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Afternoon Announcements: August 13, 2012

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August 13, 2012 06:21 pm


Monday is here after a very busy weekend in the political world. A VP candidate announcement has set the Twitterverse, Facebookopolis, and of course the water cooler discourse abuzz all across the country. Almost as interesting and important as this development is the fact that we have some afternoon announcements for you today. The suspense is immense!

Let’s get the blood flowing with a little Race to the Top. The Associated Press (via The Huffington Post) and Education Week both have stories on the new district-level Race to the Top competition. The competition for nearly $400 million in funds opened to school districts (and groups of school districts) on Sunday. 15 to 25 districts are expected to receive funds.

The Hechinger Report well, reports, on some of those states that aren’t buying into the whole “freeing ourselves from provisions of the No Child Left Behind via applying for waivers” thing. The gripe here is generally that states that have not applied are unwilling to embrace the prescriptive actions required in return for receipt of a waiver.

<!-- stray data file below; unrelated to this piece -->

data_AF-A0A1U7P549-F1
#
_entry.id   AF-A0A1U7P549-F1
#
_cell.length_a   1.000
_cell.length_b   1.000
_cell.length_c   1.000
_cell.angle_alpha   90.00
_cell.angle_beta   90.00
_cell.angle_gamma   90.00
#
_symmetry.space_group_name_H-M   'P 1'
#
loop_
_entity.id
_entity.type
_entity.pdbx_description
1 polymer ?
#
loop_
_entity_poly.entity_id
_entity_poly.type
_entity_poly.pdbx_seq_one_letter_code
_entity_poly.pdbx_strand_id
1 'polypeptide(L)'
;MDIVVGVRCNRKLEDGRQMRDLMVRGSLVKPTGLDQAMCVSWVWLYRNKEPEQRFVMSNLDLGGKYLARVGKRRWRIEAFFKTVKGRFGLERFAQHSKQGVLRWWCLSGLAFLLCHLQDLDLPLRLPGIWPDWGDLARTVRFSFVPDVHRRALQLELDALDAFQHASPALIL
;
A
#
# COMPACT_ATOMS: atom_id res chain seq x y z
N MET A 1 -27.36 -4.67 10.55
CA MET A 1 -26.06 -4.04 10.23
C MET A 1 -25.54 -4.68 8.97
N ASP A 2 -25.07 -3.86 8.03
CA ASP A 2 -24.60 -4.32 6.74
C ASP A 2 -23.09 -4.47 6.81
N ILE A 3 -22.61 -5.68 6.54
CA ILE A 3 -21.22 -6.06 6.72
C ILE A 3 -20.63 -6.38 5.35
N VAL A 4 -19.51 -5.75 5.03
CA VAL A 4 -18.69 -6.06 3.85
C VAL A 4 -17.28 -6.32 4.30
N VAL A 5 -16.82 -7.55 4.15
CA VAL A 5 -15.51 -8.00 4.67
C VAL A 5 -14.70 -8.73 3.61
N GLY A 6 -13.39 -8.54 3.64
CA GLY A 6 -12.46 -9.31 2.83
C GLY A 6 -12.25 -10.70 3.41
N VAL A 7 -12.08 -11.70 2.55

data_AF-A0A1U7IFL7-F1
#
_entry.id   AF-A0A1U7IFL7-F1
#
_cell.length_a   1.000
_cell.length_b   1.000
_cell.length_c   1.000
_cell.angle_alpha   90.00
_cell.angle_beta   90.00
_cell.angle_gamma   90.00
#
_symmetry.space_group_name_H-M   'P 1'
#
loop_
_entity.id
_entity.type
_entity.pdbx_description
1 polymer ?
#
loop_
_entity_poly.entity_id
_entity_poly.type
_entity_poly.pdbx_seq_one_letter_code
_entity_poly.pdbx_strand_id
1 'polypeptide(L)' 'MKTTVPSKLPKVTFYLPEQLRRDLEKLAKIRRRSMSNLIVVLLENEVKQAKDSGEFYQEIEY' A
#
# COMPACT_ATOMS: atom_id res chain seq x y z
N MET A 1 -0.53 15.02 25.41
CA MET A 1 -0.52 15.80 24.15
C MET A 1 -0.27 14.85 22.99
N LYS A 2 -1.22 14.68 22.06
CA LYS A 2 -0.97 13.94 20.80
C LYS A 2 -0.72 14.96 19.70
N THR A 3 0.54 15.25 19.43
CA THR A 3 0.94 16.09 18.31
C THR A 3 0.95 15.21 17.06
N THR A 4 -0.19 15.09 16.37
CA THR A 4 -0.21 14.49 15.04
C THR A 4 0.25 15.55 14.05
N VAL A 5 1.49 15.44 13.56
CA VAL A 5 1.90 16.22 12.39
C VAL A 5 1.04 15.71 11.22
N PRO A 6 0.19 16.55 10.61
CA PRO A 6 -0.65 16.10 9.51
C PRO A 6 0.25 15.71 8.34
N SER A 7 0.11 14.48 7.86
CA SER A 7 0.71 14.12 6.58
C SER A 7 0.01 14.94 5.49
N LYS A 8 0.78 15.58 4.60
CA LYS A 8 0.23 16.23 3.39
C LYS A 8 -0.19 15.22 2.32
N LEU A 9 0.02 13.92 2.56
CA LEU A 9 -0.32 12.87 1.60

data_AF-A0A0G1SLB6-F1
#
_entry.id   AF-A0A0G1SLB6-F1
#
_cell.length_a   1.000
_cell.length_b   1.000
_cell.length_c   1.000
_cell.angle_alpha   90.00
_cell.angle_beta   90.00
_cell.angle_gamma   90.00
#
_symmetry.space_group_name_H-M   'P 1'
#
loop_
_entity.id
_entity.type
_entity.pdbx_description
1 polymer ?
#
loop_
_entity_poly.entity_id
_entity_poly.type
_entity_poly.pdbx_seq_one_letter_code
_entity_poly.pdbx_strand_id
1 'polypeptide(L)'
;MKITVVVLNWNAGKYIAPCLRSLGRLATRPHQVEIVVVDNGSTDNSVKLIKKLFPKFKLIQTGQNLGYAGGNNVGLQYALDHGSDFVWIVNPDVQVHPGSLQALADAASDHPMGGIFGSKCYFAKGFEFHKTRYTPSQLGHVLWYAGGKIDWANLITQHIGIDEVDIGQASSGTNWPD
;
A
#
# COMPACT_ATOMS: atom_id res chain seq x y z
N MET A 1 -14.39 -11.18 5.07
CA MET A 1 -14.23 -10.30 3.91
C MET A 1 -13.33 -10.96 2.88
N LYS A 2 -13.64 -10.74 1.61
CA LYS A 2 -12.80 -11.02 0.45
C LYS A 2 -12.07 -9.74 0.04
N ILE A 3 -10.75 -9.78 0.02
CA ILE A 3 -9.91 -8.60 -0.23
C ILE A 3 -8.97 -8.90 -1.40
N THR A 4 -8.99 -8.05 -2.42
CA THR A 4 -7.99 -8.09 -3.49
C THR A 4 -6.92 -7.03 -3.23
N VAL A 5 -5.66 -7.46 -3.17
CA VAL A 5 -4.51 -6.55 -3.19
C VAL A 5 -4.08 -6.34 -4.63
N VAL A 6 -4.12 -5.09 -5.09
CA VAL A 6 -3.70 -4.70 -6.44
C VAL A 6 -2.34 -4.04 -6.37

ProPublic has an interesting article today on “The For-Profit Higher Education Industry, By the Numbers.” The article notes that the for-profit higher education industry was hit hard by a report led by Senator Tom Harkin (D-IA) last week. The article also notes that between 1998 and 2008 enrollment in for-profit education institutions grew by 225 percent.

Students getting expelled from school are about to have a whole lot more schoolwork on their hands. A new policy in Massachusetts says that, “Students who are suspended or expelled from Massachusetts schools will soon have more educational options, under a new state law signed by Gov. Deval Patrick. School districts have until July 2014 to provide expelled and suspended students with education opportunities, like alternative schools, tutoring or Internet learning modules. Each district will determine the options it will offer.” The Associated Press has more.

Well, here’s one way to make sure Johnny gets to school: fine  or jail Mom and Dad. U.S. News and World Report has the story (which isn’t new, by the way) on a new ordinance in Adrian, Michigan that “could potentially punish parents of absent teens with a $500 fine and up to 90 days in jail.”

That’s it for today, we’ll see you tomorrow!


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